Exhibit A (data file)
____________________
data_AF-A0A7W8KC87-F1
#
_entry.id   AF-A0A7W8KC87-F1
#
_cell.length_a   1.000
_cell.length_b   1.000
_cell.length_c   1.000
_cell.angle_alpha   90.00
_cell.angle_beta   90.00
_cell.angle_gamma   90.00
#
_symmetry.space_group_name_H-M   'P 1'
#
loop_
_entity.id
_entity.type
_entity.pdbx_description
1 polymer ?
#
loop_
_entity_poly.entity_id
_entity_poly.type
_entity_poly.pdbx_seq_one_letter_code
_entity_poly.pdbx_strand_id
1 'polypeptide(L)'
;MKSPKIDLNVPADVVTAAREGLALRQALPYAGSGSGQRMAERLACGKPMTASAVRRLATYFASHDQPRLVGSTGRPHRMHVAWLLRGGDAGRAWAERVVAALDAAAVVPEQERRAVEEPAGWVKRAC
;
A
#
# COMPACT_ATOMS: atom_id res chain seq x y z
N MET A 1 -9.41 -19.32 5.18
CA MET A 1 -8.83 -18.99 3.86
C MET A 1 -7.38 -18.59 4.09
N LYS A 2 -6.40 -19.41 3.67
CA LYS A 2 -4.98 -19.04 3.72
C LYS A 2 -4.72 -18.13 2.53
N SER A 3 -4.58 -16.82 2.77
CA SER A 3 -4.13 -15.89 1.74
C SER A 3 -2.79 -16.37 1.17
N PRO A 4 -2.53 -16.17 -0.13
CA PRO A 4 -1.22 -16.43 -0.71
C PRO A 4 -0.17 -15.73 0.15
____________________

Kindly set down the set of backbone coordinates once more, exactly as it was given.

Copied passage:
data_AF-A0A7W8KC87-F1
#
_entry.id   AF-A0A7W8KC87-F1
#
_cell.length_a   1.000
_cell.length_b   1.000
_cell.length_c   1.000
_cell.angle_alpha   90.00
_cell.angle_beta   90.00
_cell.angle_gamma   90.00
#
_symmetry.space_group_name_H-M   'P 1'
#
loop_
_entity.id
_entity.type
_entity.pdbx_description
1 polymer ?
#
loop_
_entity_poly.entity_id
_entity_poly.type
_entity_poly.pdbx_seq_one_letter_code
_entity_poly.pdbx_strand_id
1 'polypeptide(L)'
;MKSPKIDLNVPADVVTAAREGLALRQALPYAGSGSGQRMAERLACGKPMTASAVRRLATYFASHDQPRLVGSTGRPHRMHVAWLLRGGDAGRAWAERVVAALDAAAVVPEQERRAVEEPAGWVKRAC
;
A
#
# COMPACT_ATOMS: atom_id res chain seq x y z
N MET A 1 -9.41 -19.32 5.18
CA MET A 1 -8.83 -18.99 3.86
C MET A 1 -7.38 -18.59 4.09
N LYS A 2 -6.40 -19.41 3.67
CA LYS A 2 -4.98 -19.04 3.72
C LYS A 2 -4.72 -18.13 2.53
N SER A 3 -4.58 -16.82 2.77
CA SER A 3 -4.13 -15.89 1.74
C SER A 3 -2.79 -16.37 1.17
N PRO A 4 -2.53 -16.17 -0.13
CA PRO A 4 -1.22 -16.43 -0.71
C PRO A 4 -0.17 -15.73 0.15